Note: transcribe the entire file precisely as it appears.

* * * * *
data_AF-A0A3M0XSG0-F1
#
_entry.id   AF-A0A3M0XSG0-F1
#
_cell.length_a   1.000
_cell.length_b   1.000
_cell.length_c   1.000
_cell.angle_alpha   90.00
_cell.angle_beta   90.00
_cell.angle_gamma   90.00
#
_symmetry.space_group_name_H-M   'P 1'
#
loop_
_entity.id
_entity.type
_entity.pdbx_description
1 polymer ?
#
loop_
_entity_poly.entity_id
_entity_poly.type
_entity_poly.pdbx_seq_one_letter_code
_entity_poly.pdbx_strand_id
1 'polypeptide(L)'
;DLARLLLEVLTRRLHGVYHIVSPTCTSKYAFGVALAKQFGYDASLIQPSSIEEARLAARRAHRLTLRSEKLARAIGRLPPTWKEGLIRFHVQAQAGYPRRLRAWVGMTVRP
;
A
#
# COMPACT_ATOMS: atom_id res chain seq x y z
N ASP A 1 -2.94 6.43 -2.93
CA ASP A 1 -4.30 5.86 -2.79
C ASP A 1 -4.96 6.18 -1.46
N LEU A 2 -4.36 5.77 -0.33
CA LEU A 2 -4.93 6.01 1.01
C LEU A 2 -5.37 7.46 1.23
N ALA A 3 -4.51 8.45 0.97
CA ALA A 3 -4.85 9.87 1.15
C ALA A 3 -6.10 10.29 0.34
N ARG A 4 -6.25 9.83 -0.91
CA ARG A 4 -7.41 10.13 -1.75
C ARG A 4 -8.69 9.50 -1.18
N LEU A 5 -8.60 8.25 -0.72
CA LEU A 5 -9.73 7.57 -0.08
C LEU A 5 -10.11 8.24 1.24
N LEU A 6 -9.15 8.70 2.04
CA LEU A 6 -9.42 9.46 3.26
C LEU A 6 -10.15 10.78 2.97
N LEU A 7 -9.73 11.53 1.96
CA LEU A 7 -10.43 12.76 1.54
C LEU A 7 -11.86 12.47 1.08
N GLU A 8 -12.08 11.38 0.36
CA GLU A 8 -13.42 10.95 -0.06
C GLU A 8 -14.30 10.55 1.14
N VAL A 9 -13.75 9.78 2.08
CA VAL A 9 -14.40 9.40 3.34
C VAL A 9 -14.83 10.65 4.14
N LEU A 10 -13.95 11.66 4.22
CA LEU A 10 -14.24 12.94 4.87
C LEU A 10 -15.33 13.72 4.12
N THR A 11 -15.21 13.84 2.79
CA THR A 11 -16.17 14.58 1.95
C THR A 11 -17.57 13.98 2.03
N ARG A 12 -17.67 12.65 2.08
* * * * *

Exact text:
data_AF-A0A3M0XSG0-F1
#
_entry.id   AF-A0A3M0XSG0-F1
#
_cell.length_a   1.000
_cell.length_b   1.000
_cell.length_c   1.000
_cell.angle_alpha   90.00
_cell.angle_beta   90.00
_cell.angle_gamma   90.00
#
_symmetry.space_group_name_H-M   'P 1'
#
loop_
_entity.id
_entity.type
_entity.pdbx_description
1 polymer ?
#
loop_
_entity_poly.entity_id
_entity_poly.type
_entity_poly.pdbx_seq_one_letter_code
_entity_poly.pdbx_strand_id
1 'polypeptide(L)'
;DLARLLLEVLTRRLHGVYHIVSPTCTSKYAFGVALAKQFGYDASLIQPSSIEEARLAARRAHRLTLRSEKLARAIGRLPPTWKEGLIRFHVQAQAGYPRRLRAWVGMTVRP
;
A
#
# COMPACT_ATOMS: atom_id res chain seq x y z
N ASP A 1 -2.94 6.43 -2.93
CA ASP A 1 -4.30 5.86 -2.79
C ASP A 1 -4.96 6.18 -1.46
N LEU A 2 -4.36 5.77 -0.33
CA LEU A 2 -4.93 6.01 1.01
C LEU A 2 -5.37 7.46 1.23
N ALA A 3 -4.51 8.45 0.97
CA ALA A 3 -4.85 9.87 1.15
C ALA A 3 -6.10 10.29 0.34
N ARG A 4 -6.25 9.83 -0.91
CA ARG A 4 -7.41 10.13 -1.75
C ARG A 4 -8.69 9.50 -1.18
N LEU A 5 -8.60 8.25 -0.72
CA LEU A 5 -9.73 7.57 -0.08
C LEU A 5 -10.11 8.24 1.24
N LEU A 6 -9.15 8.70 2.04
CA LEU A 6 -9.42 9.46 3.26
C LEU A 6 -10.15 10.78 2.97
N LEU A 7 -9.73 11.53 1.96
CA LEU A 7 -10.43 12.76 1.54
C LEU A 7 -11.86 12.47 1.08
N GLU A 8 -12.08 11.38 0.36
CA GLU A 8 -13.42 10.95 -0.06
C GLU A 8 -14.30 10.55 1.14
N VAL A 9 -13.75 9.78 2.08
CA VAL A 9 -14.40 9.40 3.34
C VAL A 9 -14.83 10.65 4.14
N LEU A 10 -13.95 11.66 4.22
CA LEU A 10 -14.24 12.94 4.87
C LEU A 10 -15.33 13.72 4.12
N THR A 11 -15.21 13.84 2.79
CA THR A 11 -16.17 14.58 1.95
C THR A 11 -17.57 13.98 2.03
N ARG A 12 -17.67 12.65 2.08